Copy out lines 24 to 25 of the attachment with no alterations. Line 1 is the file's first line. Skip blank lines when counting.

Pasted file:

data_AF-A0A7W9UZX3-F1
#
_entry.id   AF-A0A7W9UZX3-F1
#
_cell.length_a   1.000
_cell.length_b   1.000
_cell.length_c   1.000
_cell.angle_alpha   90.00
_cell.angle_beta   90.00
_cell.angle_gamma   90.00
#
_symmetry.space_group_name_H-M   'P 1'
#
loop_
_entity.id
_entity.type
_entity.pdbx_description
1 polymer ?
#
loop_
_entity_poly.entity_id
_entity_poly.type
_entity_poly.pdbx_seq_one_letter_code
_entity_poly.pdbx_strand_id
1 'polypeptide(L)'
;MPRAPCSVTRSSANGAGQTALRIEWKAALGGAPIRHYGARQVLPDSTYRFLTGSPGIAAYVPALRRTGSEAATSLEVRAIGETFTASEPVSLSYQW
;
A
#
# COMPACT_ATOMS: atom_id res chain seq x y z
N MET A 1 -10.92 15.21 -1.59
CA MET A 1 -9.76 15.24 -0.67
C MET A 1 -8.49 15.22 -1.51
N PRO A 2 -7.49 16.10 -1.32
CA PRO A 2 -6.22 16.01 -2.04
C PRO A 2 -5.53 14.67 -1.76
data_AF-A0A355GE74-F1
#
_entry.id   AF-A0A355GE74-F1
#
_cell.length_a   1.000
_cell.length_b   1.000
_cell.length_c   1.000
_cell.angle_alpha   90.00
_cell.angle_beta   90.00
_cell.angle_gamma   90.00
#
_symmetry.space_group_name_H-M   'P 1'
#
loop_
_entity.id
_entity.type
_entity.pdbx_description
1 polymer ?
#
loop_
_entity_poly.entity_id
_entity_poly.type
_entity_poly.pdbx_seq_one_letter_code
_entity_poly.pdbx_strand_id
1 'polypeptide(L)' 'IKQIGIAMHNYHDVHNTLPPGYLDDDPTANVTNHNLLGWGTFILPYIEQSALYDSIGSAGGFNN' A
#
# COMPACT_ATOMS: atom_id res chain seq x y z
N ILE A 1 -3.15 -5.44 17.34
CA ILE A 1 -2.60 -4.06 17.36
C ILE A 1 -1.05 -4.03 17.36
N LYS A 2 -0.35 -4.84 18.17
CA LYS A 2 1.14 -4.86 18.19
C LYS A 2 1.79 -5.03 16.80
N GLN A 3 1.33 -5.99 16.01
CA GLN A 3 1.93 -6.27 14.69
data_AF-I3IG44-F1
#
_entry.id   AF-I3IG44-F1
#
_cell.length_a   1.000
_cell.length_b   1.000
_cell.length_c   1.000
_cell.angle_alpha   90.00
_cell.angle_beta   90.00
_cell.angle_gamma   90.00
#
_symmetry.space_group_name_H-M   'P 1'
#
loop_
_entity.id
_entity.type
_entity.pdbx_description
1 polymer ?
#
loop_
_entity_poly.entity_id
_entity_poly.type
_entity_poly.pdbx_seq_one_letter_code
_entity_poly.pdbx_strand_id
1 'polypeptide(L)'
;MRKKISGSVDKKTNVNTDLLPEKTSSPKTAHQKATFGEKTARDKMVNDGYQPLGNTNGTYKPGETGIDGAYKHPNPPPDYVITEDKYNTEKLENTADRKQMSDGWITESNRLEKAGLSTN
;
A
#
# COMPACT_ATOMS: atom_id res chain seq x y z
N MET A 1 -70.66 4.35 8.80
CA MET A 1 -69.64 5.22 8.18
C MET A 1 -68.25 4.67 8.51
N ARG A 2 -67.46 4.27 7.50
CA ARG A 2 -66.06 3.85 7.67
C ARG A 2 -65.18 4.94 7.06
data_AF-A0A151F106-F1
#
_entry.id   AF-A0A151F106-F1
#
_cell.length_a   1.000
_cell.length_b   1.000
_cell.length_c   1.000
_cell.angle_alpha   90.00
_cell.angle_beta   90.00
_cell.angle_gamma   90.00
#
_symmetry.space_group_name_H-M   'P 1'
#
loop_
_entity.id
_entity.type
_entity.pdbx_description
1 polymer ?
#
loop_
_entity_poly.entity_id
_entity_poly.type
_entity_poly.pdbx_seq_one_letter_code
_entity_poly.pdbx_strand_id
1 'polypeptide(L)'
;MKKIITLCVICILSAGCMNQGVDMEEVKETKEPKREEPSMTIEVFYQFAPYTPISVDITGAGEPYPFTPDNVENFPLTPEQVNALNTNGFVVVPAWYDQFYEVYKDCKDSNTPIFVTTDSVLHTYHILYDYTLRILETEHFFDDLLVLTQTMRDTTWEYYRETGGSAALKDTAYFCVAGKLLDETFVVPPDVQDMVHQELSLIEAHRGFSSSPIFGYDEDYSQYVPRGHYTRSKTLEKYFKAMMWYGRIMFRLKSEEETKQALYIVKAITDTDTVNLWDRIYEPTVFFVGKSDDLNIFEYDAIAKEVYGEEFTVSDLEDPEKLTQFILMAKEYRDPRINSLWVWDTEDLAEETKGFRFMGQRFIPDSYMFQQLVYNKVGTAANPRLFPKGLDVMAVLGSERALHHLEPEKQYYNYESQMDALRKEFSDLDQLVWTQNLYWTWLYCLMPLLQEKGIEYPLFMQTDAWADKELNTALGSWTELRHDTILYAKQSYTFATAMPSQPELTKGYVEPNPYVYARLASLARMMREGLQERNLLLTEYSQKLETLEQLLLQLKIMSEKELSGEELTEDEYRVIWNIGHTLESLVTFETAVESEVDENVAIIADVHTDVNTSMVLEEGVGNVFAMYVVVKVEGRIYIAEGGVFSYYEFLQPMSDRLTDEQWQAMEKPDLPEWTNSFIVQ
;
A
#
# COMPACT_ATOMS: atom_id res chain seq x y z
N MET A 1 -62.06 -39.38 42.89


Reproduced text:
_entity_poly.pdbx_strand_id
1 'polypeptide(L)'